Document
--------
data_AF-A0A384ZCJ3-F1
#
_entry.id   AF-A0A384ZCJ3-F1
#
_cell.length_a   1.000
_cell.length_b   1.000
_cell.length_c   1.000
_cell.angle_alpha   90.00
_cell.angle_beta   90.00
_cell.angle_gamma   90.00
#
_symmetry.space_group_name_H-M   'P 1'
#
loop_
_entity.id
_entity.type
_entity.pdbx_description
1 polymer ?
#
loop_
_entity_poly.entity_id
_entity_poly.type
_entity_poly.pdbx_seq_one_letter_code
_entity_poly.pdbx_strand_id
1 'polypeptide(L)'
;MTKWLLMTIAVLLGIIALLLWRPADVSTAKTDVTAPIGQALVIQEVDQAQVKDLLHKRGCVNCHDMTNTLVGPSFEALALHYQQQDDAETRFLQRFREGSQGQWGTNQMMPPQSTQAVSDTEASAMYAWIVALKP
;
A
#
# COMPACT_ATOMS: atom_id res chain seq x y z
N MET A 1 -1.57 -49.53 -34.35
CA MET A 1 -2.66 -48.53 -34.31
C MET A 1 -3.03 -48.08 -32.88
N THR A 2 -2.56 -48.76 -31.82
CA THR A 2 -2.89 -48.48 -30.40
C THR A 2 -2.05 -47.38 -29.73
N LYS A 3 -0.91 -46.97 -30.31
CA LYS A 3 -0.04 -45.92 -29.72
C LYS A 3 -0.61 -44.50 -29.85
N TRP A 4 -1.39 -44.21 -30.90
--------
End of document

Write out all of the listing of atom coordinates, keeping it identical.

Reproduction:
data_AF-A0A384ZCJ3-F1
#
_entry.id   AF-A0A384ZCJ3-F1
#
_cell.length_a   1.000
_cell.length_b   1.000
_cell.length_c   1.000
_cell.angle_alpha   90.00
_cell.angle_beta   90.00
_cell.angle_gamma   90.00
#
_symmetry.space_group_name_H-M   'P 1'
#
loop_
_entity.id
_entity.type
_entity.pdbx_description
1 polymer ?
#
loop_
_entity_poly.entity_id
_entity_poly.type
_entity_poly.pdbx_seq_one_letter_code
_entity_poly.pdbx_strand_id
1 'polypeptide(L)'
;MTKWLLMTIAVLLGIIALLLWRPADVSTAKTDVTAPIGQALVIQEVDQAQVKDLLHKRGCVNCHDMTNTLVGPSFEALALHYQQQDDAETRFLQRFREGSQGQWGTNQMMPPQSTQAVSDTEASAMYAWIVALKP
;
A
#
# COMPACT_ATOMS: atom_id res chain seq x y z
N MET A 1 -1.57 -49.53 -34.35
CA MET A 1 -2.66 -48.53 -34.31
C MET A 1 -3.03 -48.08 -32.88
N THR A 2 -2.56 -48.76 -31.82
CA THR A 2 -2.89 -48.48 -30.40
C THR A 2 -2.05 -47.38 -29.73
N LYS A 3 -0.91 -46.97 -30.31
CA LYS A 3 -0.04 -45.92 -29.72
C LYS A 3 -0.61 -44.50 -29.85
N TRP A 4 -1.39 -44.21 -30.90